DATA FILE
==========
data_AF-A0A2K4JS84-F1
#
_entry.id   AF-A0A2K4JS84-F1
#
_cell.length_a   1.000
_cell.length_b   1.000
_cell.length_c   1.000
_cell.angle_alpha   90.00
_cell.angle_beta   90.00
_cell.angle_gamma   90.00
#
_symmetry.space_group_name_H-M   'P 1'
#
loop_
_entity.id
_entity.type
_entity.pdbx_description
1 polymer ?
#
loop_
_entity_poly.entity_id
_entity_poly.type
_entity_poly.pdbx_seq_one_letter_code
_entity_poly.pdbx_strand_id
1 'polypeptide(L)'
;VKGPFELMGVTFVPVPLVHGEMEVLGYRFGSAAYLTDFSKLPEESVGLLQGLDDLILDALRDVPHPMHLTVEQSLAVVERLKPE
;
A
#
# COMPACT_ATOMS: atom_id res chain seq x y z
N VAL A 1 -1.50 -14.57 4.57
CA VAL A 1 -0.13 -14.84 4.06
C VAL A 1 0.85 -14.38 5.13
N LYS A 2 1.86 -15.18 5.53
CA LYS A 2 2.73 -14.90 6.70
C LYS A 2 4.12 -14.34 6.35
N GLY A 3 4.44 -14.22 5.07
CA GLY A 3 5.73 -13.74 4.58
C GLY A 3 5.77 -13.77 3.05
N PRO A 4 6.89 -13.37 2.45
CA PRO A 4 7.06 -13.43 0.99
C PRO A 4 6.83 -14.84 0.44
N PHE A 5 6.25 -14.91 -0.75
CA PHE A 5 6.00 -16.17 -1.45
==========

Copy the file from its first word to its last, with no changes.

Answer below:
data_AF-A0A2K4JS84-F1
#
_entry.id   AF-A0A2K4JS84-F1
#
_cell.length_a   1.000
_cell.length_b   1.000
_cell.length_c   1.000
_cell.angle_alpha   90.00
_cell.angle_beta   90.00
_cell.angle_gamma   90.00
#
_symmetry.space_group_name_H-M   'P 1'
#
loop_
_entity.id
_entity.type
_entity.pdbx_description
1 polymer ?
#
loop_
_entity_poly.entity_id
_entity_poly.type
_entity_poly.pdbx_seq_one_letter_code
_entity_poly.pdbx_strand_id
1 'polypeptide(L)'
;VKGPFELMGVTFVPVPLVHGEMEVLGYRFGSAAYLTDFSKLPEESVGLLQGLDDLILDALRDVPHPMHLTVEQSLAVVERLKPE
;
A
#
# COMPACT_ATOMS: atom_id res chain seq x y z
N VAL A 1 -1.50 -14.57 4.57
CA VAL A 1 -0.13 -14.84 4.06
C VAL A 1 0.85 -14.38 5.13
N LYS A 2 1.86 -15.18 5.53
CA LYS A 2 2.73 -14.90 6.70
C LYS A 2 4.12 -14.34 6.35
N GLY A 3 4.44 -14.22 5.07
CA GLY A 3 5.73 -13.74 4.58
C GLY A 3 5.77 -13.77 3.05
N PRO A 4 6.89 -13.37 2.45
CA PRO A 4 7.06 -13.43 0.99
C PRO A 4 6.83 -14.84 0.44
N PHE A 5 6.25 -14.91 -0.75
CA PHE A 5 6.00 -16.17 -1.45